• Analysis of existing data on the effect of REPS on the biodiversity of the flora and fauna in a designated area.
• Economic effects of using hybrid animals for milk and beef production.
Statistics and Experimental Design
• Review of Descriptive Statistics. • Experimental Design: Sampling variation, confidence intervals and hypothesis testing. T-test, ANOVA, regression and correlation. • Statistical Software: Minitab.
Assessment Breakdown%
Course Work100.00%

Full Time

Course Work
Assessment Type Assessment Description Outcome addressed % of total Marks Out Of Pass Marks Assessment Date Duration
Written Report Literature Review and proposal (5,000 ± 1000 words): The student will be required to submit a comprehensive, referenced, literature review on the subject area of relevance to their selected project topic. The student will also be required to include a plan of work for their selected project, including project objectives, methodology, data analysis, project risk assessment, time-line and resource requirements. The literature review and project plan reports will be assessed by their project supervisor and a second reader. 1,2,3,4,5 30.00 0 0 Week 12 0
Continuous Assessment Statistics assessment 6 10.00 0 0 Week 26 0
Project The student will be required to submit a comprehensive thesis on the methodology, results, data analysis and conclusions of their project using an approved format (7,000 ± 500 words). This report will be assessed by the project supervisor and a second reader appointed from the team of supervisors. 1,2,3,6,7 35.00 0 0 Week 27 0
Presentation The student will be required to prepare and present the project findings in the form of an illustrated oral presentation of 10-15 minutes duration, followed by questions. This will be attended and assessed by the entire team of supervisors and the external examiner will be invited. 1,3,5,7 15.00 0 0 Week 28 0
Performance Evaluation Supervisor’s report: The project supervisor will issue a report based on the student’s performance during the course of the project. This will be based on criteria such as attendance, diligence, motivation, initiative and problem solving skills. 4,5,7 10.00 0 0 End of Year 0
No Project
No Practical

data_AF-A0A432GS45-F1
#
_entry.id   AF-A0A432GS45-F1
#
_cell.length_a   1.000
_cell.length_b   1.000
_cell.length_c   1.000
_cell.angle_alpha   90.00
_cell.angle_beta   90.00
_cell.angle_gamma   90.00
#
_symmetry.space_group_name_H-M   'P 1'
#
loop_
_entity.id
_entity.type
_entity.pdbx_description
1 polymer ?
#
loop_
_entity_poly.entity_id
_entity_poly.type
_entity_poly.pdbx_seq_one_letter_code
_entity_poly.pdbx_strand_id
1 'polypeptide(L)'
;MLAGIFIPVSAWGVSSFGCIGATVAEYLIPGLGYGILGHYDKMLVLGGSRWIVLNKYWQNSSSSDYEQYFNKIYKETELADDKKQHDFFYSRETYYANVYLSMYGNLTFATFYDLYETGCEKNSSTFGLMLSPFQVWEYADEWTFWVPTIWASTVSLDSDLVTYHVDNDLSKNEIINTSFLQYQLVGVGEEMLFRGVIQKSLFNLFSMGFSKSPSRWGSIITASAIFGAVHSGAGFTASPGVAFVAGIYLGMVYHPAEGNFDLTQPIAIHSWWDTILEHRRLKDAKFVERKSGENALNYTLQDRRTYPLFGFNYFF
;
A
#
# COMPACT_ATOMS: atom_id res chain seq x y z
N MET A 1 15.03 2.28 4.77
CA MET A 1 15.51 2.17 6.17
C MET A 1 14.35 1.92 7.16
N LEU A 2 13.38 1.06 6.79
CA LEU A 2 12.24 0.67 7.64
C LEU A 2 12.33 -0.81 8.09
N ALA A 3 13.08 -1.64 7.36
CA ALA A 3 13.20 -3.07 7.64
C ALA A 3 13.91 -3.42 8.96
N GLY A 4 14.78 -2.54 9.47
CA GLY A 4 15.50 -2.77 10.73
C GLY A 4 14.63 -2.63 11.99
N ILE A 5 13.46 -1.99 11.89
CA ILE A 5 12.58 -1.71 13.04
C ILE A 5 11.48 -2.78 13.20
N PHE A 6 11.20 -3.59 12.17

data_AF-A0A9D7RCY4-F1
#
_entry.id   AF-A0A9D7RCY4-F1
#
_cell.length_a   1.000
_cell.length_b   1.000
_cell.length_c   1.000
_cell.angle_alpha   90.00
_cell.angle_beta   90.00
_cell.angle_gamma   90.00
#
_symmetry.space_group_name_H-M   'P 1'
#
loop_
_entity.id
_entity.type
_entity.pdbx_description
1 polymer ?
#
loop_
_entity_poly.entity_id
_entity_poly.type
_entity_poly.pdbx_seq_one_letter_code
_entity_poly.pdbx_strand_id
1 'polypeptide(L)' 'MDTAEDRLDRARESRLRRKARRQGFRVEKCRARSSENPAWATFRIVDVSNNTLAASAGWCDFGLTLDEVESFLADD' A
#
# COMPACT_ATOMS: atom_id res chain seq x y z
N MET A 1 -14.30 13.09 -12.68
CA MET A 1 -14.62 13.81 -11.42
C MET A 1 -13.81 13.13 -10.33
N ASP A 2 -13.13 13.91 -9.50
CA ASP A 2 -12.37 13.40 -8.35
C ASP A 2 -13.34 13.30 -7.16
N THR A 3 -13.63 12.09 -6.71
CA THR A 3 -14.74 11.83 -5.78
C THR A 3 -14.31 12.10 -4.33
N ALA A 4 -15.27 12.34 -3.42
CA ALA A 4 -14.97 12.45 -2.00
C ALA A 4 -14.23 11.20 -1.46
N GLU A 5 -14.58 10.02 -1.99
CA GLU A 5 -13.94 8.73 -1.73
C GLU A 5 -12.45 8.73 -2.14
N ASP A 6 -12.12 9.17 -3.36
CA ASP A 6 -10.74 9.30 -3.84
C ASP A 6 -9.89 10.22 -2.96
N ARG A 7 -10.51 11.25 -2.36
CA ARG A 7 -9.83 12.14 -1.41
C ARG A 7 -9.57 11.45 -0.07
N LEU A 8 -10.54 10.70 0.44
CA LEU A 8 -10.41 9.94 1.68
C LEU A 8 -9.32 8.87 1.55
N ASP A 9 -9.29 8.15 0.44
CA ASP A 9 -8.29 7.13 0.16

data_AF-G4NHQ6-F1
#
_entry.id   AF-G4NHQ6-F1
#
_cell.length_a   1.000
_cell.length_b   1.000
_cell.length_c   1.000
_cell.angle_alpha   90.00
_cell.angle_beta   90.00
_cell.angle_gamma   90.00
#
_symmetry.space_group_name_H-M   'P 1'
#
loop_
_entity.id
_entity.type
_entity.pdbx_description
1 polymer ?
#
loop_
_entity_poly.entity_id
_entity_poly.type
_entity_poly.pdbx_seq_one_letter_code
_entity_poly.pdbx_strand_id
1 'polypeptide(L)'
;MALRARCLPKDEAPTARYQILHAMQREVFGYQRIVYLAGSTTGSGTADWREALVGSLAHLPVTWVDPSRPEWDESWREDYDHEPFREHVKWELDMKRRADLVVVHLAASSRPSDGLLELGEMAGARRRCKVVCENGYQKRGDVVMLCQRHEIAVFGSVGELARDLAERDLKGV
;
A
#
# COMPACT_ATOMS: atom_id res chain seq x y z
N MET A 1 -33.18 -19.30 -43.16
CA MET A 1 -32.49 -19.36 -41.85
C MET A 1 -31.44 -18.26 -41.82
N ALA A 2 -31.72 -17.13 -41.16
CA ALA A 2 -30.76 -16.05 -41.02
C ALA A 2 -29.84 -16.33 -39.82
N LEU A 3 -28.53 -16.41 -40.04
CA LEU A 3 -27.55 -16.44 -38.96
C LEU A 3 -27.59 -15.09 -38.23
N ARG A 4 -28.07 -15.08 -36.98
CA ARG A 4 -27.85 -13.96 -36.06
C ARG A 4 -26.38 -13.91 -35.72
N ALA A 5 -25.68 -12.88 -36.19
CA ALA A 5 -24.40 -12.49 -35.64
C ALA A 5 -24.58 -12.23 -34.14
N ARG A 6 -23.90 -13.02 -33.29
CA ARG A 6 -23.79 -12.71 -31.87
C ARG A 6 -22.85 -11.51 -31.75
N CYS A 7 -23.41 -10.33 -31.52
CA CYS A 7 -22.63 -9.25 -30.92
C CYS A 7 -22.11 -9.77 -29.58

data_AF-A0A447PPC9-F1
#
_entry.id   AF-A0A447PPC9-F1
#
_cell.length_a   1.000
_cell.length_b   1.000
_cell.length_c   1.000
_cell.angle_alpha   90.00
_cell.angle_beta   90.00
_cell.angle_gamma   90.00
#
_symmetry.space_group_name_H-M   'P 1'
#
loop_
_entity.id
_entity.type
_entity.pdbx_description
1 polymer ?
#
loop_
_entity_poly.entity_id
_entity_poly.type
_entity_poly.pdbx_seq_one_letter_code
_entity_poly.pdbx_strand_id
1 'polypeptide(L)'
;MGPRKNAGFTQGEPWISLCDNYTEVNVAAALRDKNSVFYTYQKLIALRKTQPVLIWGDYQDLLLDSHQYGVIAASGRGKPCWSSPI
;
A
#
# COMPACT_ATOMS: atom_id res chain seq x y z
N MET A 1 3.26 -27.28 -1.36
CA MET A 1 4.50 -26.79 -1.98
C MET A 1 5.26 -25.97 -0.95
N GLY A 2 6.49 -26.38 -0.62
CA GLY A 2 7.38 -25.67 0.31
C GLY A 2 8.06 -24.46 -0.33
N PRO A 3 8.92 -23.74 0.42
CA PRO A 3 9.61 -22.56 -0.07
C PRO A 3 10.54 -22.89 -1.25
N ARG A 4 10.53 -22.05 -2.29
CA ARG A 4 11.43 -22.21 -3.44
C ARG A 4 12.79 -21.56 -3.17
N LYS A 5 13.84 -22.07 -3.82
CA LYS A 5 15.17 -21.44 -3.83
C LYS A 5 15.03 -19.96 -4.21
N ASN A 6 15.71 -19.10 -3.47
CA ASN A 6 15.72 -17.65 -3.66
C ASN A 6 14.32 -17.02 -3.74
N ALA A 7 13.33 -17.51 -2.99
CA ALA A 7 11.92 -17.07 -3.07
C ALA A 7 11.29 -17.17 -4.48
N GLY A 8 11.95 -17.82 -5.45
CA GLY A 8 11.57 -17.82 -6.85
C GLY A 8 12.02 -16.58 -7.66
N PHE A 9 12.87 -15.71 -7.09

No End of Module Formal Examination

DKIT reserves the right to alter the nature and timings of assessment


Module Workload & Resources

Workload: Full Time
Workload Type Workload Description Hours Frequency Average Weekly Learner Workload
Lecturer Supervised Learning Meeting with Supervisor 0.50 Every Week 0.50
Tutorial Statistics and Experimental Design 1.00 Every Week 1.00
Practical Statistics and Experimental Design 1.00 Every Week 1.00
Directed Reading Review of literature 1.50 Every Week 1.50
Independent Study Preparation of project plan and thesis 5.00 Every Week 5.00
Total Weekly Learner Workload 9.00
Total Weekly Contact Hours 2.50
This course has no Part Time workload.
Recommended Book Resources
  • Murray, R. 2011, How to Write a Thesis, 3rd Ed., Oxford University Press
  • Ruxton, G.D. and Colegrave, N. 2010, Experimental Design for the Life Sciences, 2nd edition Ed., OUP Oxford
  • Blaxton, L., Hughes, C. and Tight, M. 2010, How to Research, 4th Edition Ed., Open University Press
  • DkIT Library 2009, Credit where Credit is due, DkIT
  • Dawson, C. 2009, Introduction to Research Methods: a practical guide for anyone undertaking a research project., Oxford, How to Books
Supplementary Book Resources
  • Denscombe, M. 2010, The Good Research Guide: for small-scale social research projects, 4th edition Ed., Open University Press
Recommended Article/Paper Resources
Other Resources

Module Delivered in

Programme Code Programme Semester Delivery
DK_SAGRI_8 Bachelor of Science (Honours) in Agriculture 7 Mandatory
DK_SSUAG _8 Bachelor of Science (Honours) in Sustainable Agriculture 1 Mandatory